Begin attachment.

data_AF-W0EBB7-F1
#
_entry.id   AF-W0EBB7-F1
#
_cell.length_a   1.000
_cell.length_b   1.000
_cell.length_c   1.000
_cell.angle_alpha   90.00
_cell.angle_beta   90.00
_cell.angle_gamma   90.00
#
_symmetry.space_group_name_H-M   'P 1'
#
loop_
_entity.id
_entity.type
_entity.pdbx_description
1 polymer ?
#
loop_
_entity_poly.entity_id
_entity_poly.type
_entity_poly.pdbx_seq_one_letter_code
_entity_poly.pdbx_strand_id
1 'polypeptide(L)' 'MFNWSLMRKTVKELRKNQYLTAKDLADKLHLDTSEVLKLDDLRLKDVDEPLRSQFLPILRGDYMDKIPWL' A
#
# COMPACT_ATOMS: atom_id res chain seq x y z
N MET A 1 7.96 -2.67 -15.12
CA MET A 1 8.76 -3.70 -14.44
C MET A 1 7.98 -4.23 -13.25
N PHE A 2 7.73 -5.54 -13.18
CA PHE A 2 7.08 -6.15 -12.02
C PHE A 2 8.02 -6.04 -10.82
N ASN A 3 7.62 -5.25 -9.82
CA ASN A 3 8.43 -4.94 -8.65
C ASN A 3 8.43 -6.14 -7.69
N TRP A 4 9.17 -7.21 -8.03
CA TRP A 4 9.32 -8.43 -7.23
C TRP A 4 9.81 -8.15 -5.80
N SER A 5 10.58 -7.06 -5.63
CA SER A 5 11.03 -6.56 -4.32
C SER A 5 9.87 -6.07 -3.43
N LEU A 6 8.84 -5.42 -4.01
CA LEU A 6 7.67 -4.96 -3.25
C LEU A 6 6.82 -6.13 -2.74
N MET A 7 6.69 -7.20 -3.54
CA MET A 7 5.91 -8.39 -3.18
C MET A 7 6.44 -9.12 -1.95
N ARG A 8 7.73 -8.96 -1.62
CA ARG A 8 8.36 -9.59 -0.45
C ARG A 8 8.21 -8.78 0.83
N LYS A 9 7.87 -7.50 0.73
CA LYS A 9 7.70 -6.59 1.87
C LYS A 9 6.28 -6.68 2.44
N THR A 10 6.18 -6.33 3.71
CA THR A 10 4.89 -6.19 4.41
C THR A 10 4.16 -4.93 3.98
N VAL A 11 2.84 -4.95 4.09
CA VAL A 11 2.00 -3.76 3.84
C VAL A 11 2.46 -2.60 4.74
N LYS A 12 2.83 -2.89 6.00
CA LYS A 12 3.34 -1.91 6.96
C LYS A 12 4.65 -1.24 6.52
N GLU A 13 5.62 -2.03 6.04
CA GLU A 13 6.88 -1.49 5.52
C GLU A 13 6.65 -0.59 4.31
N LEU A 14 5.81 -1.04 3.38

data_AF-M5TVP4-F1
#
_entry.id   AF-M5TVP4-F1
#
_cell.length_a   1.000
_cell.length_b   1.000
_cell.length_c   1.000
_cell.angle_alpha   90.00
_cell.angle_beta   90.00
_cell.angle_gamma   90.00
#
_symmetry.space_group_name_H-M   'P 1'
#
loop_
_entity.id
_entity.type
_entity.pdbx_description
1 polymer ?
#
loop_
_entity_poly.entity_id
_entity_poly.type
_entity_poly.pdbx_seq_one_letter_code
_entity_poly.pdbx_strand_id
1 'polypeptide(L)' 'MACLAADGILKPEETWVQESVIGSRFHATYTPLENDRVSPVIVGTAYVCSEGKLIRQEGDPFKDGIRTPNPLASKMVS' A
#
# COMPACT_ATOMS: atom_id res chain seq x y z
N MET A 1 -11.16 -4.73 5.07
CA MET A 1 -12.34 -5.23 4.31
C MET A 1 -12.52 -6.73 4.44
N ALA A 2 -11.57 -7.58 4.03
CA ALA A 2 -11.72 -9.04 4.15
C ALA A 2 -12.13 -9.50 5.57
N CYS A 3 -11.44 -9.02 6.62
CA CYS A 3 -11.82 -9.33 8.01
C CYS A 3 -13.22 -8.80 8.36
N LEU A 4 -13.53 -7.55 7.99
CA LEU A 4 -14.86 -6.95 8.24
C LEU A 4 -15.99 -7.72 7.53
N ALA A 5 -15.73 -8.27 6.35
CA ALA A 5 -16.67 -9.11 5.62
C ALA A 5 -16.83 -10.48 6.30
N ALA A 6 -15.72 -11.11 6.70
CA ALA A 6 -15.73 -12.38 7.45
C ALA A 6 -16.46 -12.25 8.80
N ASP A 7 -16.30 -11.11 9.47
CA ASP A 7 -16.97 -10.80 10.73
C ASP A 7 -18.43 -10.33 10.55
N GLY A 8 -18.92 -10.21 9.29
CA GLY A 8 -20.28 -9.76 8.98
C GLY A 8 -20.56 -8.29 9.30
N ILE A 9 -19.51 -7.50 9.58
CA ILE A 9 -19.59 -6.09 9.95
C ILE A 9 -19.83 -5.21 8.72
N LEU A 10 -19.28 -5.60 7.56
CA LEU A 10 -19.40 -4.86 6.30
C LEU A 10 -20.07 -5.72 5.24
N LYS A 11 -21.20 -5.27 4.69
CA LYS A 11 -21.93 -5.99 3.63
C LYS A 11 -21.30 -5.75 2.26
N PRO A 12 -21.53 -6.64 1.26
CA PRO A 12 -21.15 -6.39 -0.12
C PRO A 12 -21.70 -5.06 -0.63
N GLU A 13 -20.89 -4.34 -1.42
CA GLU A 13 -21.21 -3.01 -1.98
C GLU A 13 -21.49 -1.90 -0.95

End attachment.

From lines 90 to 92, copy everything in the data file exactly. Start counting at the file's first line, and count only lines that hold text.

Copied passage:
_entity_poly.pdbx_seq_one_letter_code
_entity_poly.pdbx_strand_id
1 'polypeptide(L)' 'MACLAADGILKPEETWVQESVIGSRFHATYTPLENDRVSPVIVGTAYVCSEGKLIRQEGDPFKDGIRTPNPLASKMVS' A